4.    Supportive Interactions / Facilitation: Additional questions and prompts for the children: "Why did you choose this color?" "Are you happy with your design?" "This looks neat! Can you explain how you did this?" Further prompting and encouragement lines can be taken from #9. To find out if children understand how color mixing brings about new colors, I can use the line of prompting from #9: "What happens when you mix colors?" "What color do you think it is?" "Why?" Children who seem distracted or bored can be offered new materials and direct one-on-one communication.

5.    Closure: I will end the lesson in a group discussion about what the children did with their eggs. I will encourage the children to express why they decorated in certain ways. I will ask the group as a whole if any of them had mixed colors. I will give the children opportunity to answer and discuss together what happened when the colors were mixed and what colors were made when mixed. I will ask the children if anyone used the wax crayons and prompt group discussion on what they experienced when trying to color the eggs that had the wax on them.

Child Learning Assessment Procedures: D5 from the Milestones of Child Development:  explore colors and shapes of objects. Children will have answered questions about the colors they are using. They will identify primary colors and begin to establish knowledge of secondary colors and how those colors are made.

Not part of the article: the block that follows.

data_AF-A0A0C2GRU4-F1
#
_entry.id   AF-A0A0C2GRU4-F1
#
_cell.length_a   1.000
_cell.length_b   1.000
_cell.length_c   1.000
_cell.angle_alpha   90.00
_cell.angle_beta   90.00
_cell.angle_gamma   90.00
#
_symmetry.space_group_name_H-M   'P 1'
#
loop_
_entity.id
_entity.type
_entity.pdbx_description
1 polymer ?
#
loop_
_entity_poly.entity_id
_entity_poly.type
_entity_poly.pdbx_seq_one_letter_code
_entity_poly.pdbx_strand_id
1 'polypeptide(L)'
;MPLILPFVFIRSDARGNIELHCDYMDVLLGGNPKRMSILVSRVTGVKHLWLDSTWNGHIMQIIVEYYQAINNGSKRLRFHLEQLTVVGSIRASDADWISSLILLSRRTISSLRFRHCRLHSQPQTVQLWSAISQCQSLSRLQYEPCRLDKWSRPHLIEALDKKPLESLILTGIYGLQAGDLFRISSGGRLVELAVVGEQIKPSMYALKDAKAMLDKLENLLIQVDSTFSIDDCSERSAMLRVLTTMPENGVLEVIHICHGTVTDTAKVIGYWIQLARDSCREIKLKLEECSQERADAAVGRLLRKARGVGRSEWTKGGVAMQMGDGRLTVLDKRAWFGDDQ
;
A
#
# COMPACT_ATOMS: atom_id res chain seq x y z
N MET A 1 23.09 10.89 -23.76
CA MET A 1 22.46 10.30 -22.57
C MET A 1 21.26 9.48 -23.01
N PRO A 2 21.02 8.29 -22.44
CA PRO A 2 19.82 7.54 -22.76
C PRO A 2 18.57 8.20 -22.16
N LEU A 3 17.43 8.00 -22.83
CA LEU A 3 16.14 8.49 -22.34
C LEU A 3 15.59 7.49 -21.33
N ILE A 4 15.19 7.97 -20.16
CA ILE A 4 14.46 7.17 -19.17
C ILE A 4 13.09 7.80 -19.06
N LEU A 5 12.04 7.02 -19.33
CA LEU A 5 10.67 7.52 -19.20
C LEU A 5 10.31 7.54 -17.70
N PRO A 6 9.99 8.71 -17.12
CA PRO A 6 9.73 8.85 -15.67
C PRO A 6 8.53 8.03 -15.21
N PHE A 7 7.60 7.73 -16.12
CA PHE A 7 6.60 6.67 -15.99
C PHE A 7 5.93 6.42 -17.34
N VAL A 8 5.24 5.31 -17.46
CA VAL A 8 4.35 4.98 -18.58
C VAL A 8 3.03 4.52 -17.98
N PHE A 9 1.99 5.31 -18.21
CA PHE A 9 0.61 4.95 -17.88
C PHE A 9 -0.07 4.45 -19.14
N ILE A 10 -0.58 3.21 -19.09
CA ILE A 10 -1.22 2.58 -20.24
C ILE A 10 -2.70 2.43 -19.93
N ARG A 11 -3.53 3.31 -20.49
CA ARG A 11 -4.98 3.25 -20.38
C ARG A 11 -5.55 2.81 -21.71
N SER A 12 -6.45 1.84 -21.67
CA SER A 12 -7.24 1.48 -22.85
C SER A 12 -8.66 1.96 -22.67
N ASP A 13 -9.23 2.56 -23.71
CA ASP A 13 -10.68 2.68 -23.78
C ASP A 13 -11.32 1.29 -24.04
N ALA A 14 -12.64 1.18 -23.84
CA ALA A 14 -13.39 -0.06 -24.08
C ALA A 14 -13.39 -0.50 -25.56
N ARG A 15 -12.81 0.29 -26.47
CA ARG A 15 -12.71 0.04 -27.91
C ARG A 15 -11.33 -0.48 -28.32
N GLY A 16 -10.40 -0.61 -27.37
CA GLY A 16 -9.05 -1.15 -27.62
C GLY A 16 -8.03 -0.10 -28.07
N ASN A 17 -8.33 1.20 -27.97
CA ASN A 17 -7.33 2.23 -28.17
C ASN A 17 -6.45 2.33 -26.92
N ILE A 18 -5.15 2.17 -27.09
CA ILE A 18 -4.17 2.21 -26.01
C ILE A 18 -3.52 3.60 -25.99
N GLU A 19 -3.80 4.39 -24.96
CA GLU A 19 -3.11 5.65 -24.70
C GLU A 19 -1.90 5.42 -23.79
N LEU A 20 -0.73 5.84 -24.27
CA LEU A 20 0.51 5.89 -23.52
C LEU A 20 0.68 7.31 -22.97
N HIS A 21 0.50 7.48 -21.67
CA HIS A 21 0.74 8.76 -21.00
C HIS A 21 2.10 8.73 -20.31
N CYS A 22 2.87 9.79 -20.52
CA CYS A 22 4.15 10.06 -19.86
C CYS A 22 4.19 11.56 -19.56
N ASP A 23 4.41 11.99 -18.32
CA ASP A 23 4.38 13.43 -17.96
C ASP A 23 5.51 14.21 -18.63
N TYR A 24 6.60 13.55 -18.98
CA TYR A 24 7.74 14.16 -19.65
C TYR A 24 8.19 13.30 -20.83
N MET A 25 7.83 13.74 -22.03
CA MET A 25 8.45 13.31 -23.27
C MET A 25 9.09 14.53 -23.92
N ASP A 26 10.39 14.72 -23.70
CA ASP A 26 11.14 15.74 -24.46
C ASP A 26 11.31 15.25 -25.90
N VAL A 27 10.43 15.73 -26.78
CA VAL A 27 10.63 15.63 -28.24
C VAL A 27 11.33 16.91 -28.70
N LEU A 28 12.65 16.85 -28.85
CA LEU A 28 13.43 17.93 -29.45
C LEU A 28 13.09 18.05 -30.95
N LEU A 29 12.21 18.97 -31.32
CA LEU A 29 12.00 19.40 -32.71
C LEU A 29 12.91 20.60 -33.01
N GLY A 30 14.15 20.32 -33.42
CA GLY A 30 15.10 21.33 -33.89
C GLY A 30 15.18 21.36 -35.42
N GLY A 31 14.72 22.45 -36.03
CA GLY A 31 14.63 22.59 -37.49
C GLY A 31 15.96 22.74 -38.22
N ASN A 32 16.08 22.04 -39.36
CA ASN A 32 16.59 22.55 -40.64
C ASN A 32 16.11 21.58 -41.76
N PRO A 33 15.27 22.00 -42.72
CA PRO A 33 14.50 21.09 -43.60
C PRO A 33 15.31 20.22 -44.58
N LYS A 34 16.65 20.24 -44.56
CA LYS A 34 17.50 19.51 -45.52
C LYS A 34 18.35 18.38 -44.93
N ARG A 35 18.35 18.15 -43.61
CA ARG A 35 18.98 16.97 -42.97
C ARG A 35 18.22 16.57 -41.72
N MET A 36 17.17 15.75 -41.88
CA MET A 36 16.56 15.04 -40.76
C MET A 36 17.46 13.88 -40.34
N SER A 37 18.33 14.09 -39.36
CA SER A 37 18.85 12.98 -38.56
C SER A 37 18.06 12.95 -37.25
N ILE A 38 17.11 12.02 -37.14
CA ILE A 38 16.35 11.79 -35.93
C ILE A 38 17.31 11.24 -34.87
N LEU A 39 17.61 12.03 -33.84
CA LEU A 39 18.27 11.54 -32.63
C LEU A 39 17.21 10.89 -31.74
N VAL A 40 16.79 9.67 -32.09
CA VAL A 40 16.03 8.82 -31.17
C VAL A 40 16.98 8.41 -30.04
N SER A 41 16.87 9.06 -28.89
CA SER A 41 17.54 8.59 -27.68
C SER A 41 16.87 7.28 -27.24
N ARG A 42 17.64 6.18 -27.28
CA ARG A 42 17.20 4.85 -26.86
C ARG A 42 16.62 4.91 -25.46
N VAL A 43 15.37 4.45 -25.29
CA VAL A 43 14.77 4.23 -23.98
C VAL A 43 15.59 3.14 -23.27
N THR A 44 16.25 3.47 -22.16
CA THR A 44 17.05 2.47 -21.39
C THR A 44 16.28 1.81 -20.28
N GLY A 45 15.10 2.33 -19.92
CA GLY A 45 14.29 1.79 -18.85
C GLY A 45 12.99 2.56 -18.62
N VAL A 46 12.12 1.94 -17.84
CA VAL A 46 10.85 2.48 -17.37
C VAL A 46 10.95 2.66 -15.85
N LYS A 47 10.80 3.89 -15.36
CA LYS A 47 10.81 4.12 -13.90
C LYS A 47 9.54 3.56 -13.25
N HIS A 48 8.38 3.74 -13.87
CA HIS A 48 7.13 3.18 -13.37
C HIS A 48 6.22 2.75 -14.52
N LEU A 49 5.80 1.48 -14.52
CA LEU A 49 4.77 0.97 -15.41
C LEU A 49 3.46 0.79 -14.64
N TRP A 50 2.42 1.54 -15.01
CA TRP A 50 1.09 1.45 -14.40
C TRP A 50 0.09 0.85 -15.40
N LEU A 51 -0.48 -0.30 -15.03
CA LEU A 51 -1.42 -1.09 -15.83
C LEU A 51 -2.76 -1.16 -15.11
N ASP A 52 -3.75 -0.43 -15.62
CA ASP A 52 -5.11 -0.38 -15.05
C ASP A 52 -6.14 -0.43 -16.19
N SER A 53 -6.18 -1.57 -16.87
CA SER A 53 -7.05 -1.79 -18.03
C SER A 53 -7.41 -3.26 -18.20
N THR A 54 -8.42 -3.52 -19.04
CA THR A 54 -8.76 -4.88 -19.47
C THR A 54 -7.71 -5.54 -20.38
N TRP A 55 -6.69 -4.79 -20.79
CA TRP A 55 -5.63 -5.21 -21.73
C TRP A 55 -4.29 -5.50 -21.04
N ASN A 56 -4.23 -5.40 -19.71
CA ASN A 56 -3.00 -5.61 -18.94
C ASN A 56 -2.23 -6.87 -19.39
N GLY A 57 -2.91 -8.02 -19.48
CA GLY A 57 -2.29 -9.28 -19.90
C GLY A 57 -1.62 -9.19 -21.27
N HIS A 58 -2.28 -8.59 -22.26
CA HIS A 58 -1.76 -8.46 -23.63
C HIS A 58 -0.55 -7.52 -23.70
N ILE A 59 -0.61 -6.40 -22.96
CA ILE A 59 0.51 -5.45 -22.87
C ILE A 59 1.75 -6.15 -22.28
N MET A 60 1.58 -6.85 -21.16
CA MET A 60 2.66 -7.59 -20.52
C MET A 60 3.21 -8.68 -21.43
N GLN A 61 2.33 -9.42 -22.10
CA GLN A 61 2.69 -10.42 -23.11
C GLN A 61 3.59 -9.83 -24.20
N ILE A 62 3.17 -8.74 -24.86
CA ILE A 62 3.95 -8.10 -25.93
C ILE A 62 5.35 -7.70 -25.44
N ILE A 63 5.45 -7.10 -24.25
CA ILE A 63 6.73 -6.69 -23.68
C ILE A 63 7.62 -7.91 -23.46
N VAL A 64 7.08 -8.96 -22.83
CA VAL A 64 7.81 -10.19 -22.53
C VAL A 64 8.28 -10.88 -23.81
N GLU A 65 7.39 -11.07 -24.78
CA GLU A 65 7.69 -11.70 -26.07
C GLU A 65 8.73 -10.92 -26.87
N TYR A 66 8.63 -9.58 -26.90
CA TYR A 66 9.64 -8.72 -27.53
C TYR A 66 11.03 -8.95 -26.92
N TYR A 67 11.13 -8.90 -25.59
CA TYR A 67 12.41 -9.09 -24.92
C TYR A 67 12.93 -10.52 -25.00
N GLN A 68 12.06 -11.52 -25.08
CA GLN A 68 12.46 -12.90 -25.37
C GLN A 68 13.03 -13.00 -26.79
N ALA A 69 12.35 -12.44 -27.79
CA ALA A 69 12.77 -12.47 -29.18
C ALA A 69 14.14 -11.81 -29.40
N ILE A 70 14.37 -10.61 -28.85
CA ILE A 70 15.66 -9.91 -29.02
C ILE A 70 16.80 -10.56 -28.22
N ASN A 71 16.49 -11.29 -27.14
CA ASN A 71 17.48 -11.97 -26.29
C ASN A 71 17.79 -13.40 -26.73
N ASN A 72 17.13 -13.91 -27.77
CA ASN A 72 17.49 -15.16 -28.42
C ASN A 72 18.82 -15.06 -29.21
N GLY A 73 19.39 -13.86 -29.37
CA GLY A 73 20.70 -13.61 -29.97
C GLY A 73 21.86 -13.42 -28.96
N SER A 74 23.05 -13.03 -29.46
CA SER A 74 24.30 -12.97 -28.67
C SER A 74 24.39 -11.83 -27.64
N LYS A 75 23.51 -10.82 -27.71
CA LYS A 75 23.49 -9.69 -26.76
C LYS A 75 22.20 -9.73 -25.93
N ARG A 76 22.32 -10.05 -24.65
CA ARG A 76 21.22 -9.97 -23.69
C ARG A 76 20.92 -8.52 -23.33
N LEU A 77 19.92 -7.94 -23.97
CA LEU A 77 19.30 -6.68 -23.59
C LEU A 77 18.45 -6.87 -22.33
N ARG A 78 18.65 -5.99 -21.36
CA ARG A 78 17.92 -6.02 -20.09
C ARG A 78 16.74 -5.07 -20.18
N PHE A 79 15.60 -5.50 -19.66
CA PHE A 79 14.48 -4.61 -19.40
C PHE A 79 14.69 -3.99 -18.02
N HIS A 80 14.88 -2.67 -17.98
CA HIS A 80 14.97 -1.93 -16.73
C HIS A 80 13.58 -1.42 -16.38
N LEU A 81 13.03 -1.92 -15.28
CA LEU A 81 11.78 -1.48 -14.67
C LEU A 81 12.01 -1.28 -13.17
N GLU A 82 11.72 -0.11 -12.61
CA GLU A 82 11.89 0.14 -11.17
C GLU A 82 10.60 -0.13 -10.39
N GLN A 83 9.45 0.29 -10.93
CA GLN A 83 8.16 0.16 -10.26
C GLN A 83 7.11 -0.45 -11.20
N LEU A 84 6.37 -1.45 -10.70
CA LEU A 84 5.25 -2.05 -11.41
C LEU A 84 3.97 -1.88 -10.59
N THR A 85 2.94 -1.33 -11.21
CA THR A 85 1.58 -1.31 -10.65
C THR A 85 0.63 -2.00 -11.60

Considerations of variations in cultural and abilities differences:
(1) Children with fine motor delays and difficulties will be able to finger paint and use the tissue paper method in decorating their eggs, allowing them to decorate their eggs while gaining the needed experience in color.
(2) Visually challenged children will be given soft and rough collage materials and glue for their eggs to allow them to decorate their eggs through touch. They will not be able to see the colors, but they will be able to build upon fine motor skills and develop more touch sensory awareness.
(3) Children with ADHD will be given the opportunity to assist the teacher, offered additional eggs to decorate, offered additional materials, or offered the chance to go and read books related to eggs.
(4) Children from different cultures or languages will be able to shown in one-on-one discussion what the names of different colors are to help establish a foundation of color.

High-quality resources: Milestones of Child Development, Rechenka's Eggs by Patricia Polacco.